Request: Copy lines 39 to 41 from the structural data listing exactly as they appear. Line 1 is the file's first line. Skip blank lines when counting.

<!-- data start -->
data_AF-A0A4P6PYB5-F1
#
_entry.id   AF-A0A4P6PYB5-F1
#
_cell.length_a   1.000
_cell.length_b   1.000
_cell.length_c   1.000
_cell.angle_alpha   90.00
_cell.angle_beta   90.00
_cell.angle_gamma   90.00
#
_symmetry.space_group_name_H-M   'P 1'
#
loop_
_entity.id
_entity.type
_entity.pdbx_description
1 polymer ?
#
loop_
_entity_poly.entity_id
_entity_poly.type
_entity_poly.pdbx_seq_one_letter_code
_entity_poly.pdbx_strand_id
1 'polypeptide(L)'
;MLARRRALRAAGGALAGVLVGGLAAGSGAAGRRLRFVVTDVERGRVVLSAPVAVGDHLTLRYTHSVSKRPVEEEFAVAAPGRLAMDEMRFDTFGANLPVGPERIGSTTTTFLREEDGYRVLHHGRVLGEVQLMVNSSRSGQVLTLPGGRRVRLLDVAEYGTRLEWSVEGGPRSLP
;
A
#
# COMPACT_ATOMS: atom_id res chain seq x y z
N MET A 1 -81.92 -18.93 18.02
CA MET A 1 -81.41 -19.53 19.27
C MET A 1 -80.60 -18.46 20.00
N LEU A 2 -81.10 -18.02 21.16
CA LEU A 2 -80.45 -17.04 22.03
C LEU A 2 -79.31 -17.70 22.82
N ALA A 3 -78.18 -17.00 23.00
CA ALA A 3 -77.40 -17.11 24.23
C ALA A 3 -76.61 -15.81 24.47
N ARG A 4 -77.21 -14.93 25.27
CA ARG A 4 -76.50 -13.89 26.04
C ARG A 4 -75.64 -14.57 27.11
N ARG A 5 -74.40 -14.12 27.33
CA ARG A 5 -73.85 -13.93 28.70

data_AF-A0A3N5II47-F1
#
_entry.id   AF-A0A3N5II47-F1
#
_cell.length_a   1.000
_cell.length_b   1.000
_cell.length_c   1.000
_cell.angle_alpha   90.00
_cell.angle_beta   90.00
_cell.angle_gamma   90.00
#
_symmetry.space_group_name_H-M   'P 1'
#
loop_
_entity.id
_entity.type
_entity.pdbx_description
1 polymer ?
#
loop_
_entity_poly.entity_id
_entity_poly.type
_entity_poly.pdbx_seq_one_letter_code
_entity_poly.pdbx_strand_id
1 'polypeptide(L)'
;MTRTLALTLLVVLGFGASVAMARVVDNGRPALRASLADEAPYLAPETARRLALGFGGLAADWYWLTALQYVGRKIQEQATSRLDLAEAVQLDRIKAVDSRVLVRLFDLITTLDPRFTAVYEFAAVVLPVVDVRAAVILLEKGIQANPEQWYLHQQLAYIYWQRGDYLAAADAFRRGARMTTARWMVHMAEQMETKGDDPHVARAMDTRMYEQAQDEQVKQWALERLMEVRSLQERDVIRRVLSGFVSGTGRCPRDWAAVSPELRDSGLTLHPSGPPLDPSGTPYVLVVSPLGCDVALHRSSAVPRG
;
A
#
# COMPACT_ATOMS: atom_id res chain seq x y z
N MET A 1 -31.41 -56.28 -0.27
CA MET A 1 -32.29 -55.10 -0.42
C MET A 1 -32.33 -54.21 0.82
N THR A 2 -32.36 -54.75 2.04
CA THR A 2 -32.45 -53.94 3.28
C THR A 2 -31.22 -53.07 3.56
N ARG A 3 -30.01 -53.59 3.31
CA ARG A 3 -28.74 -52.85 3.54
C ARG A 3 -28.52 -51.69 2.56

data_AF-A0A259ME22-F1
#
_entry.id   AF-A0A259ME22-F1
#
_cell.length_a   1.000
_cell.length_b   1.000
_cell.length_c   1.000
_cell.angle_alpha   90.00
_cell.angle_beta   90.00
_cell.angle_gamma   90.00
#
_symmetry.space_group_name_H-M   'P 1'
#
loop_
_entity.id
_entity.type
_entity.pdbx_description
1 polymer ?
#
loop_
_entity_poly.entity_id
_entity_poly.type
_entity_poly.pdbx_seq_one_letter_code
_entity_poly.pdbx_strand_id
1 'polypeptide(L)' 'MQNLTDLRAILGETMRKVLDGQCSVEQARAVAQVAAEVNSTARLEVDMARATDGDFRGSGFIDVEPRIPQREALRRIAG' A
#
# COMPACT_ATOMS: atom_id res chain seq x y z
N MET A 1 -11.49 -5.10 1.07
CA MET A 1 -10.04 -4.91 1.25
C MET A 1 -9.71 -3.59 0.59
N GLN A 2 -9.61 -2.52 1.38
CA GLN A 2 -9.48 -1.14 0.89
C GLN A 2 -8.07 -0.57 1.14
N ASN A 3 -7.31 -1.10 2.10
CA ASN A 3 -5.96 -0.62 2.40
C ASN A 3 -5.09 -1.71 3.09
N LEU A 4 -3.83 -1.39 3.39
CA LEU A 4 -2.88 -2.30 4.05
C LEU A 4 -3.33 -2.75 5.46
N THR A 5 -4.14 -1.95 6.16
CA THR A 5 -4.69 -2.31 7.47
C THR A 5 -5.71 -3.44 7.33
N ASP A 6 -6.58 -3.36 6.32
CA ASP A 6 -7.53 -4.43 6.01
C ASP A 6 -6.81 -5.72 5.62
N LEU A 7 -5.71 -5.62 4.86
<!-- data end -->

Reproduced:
C ALA A 3 -76.61 -15.81 24.47
N ARG A 4 -77.21 -14.93 25.27
CA ARG A 4 -76.50 -13.89 26.04